Signs of a Busy Life

Like many parents’ weekday¬†mornings, mine is usually filled with the ¬†last-¬†minute panic and rushing out the door.¬† On those mornings when Juan has to be at an early meeting, and we cannot drive into work together, I am¬†the lone parent trying to wake the dead as I go¬†through the hallway flipping on lights and¬†rushing to the kitchen to¬†scramble a ¬†breakfast, pack lunches, and finally, wrangle kids into the car.¬† It’s always a¬†race against the clock.¬†¬†Nico and Erica’s school charges the parents $5 a tardy, after the first 5 tardies. Diego’s school, the second stop on my route to work, begins at 7:45!¬† I ususally end up leaving the house with my coffee to go, and without¬†make-up. (Yes, I am that¬†woman. The one who puts on mascara¬†during the morning stop and and go traffic).¬†¬† I¬†rush¬†to drop off Nico or Erica at their school and then race across town to make it to Diego’s school before I have to stop in at the office and get “my ticket,”¬† otherwise known as a tardy slip.

So you can understand, why¬†I am a little preoccupied during my morning dash¬† drive through my lovely hometown.¬† I¬†hardly notice the beautiful Pasadena bridge and the¬†sun rising over the Arroyo on the way to Diego’s¬†school. Diego notices my distraction too. I¬†dodge through¬†traffic,¬† only half-listening to his 6 year-old ramblings and¬†his¬†unending loop of Guess What? It’s a little pre-occupation of his own. It goes like this:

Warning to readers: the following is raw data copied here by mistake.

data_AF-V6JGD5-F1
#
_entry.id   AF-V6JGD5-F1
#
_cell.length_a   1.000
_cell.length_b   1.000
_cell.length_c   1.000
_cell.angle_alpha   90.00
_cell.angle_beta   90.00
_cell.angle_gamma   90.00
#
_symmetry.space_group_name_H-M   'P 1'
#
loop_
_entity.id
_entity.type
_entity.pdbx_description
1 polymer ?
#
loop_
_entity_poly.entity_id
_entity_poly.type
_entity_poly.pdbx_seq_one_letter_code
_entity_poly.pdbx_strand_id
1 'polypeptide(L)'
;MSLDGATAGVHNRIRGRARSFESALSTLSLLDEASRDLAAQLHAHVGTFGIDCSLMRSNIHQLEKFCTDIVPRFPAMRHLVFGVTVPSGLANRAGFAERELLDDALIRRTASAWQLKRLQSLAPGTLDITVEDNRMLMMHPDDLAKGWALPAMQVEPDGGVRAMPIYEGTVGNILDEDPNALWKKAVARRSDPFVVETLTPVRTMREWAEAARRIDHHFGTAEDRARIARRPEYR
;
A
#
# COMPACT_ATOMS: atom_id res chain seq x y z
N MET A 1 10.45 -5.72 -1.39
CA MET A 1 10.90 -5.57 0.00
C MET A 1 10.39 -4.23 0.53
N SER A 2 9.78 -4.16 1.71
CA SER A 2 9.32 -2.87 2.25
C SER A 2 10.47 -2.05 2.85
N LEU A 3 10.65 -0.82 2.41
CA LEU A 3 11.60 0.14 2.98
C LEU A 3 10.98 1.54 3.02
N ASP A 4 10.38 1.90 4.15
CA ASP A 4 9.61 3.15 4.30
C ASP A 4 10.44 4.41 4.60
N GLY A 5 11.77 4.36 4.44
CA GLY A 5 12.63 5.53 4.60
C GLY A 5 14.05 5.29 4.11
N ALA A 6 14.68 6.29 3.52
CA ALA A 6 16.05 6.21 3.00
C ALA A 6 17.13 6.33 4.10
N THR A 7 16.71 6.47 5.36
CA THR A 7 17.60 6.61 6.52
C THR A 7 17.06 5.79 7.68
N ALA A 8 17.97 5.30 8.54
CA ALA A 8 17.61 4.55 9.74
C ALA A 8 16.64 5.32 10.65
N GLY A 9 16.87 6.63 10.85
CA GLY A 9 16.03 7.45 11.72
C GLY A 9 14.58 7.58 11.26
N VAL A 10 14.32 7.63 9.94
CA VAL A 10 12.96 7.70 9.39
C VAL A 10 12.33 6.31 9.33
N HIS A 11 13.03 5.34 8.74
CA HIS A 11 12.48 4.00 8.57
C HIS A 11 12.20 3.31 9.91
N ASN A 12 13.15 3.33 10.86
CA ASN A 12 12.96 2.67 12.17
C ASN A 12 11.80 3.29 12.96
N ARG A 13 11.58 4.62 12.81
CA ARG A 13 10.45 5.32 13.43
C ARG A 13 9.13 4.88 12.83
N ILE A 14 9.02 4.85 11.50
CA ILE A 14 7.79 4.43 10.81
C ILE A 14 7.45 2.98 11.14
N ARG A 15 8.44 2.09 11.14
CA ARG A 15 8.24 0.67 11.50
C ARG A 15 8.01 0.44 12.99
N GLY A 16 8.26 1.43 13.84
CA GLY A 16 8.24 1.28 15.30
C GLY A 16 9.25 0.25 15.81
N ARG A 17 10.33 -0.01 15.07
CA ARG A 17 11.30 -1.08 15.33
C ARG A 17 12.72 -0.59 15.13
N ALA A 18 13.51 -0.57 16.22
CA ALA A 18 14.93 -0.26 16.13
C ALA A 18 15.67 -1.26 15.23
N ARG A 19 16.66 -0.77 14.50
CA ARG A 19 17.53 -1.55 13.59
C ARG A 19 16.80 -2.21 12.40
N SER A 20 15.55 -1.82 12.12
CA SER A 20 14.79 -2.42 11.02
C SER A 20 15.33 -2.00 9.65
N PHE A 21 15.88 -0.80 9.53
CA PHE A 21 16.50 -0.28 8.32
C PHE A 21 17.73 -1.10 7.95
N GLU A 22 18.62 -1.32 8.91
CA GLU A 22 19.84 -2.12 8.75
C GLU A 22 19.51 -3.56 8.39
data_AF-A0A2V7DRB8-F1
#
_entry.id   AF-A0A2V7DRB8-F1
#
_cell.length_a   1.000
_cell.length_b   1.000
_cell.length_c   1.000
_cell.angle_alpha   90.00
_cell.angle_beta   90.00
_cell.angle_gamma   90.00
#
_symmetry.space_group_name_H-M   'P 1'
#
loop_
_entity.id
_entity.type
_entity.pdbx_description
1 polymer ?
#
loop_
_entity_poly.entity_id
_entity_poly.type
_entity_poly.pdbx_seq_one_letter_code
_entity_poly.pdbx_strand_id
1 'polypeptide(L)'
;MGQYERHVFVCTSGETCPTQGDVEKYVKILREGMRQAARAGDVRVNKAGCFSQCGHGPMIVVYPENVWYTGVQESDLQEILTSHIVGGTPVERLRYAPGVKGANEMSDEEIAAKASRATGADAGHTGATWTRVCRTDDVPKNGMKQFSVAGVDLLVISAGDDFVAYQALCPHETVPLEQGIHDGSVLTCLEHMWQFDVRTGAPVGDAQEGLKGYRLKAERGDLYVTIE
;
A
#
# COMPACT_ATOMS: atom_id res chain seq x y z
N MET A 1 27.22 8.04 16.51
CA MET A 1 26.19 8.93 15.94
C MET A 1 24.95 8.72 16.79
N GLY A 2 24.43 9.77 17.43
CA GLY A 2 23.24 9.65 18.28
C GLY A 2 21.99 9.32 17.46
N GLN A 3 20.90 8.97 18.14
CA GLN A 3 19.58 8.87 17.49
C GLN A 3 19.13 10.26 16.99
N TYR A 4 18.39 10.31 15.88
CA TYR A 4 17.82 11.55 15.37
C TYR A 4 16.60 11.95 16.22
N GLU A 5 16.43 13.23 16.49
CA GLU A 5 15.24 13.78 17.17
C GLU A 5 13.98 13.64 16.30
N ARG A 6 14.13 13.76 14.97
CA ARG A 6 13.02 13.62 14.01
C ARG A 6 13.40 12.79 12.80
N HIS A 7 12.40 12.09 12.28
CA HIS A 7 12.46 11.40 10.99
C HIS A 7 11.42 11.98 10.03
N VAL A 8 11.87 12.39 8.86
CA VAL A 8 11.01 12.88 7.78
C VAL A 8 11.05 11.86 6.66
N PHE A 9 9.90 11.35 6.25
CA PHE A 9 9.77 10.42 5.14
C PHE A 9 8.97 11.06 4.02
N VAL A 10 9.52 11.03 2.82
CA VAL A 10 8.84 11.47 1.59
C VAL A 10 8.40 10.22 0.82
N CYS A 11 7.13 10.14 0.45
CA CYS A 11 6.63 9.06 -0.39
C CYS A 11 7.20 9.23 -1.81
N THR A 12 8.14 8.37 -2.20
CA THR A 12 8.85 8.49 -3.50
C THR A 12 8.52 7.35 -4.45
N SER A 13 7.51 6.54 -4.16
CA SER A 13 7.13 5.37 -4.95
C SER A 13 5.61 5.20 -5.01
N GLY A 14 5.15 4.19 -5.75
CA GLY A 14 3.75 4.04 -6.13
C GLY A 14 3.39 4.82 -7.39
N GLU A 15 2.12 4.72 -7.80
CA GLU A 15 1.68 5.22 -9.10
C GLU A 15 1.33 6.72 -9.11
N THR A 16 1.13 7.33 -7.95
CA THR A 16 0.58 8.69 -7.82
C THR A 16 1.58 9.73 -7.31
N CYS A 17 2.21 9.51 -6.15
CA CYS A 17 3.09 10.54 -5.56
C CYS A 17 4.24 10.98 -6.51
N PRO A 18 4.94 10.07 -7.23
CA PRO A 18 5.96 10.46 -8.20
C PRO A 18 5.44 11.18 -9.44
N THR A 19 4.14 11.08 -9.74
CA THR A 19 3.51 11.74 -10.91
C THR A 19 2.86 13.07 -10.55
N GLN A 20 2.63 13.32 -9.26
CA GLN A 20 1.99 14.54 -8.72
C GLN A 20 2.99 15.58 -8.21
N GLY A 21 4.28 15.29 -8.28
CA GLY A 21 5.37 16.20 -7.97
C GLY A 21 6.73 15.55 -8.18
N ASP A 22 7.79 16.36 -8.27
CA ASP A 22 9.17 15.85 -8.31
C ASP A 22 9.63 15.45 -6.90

“Guess What?”

“What?” I respond obligingly, ¬†yet absently.

“CHICKEN BUTT!” ( I know, he shouldn’t be saying Butt.)

I always fall for it. Especially when I am driving. 

“Don’t say ‘Butt.'”¬†¬†I correct him, narrowly missing a commuter bus as it pulls in front of me.¬†

Diego, he is a talker. His¬†constant chatter from the backseat serves as my substitute for morning talk radio.¬†¬† He tells me stories all the way to school .¬† His stories often illicit a “Umm” or “Uh-huh” response from me.¬† He tells me, “Mommy, when you say¬†“Uh-huh” it means you are not listening.¬† Wow!¬†¬†He’s perceptive that kid!

This probably helps explain why I didn’t understand Diego’s¬†story about “No Hats,” which¬†he would share with me on¬†our way to school.¬†¬†Whenever Diego and I turned onto the street near his school, he would tell me, “Mommy, No Hats! Why can’t¬† we wear hats to school? Maybe because it’s too windy and they will blow away?”¬†

“Mmm..Uh-huh,” I respond, as I¬†negotiate a parking space near the school.¬†¬†This went on for several days until it finally dawned on me to ask him what he was talking about.¬†

Diego¬†sighed, as if he knew that I hadn’t been paying attention all these days. He was right.

Diego then explained,¬†“The sign says, ‘No¬†Hats’.¬†¬†It says ‘Hats are not allowed.'”

I looked at him confused.¬†¬†“What sign are you talking about?”¬†¬† He said, this sign:

Maybe I should start paying closer attention. Or maybe Diego should learn to read.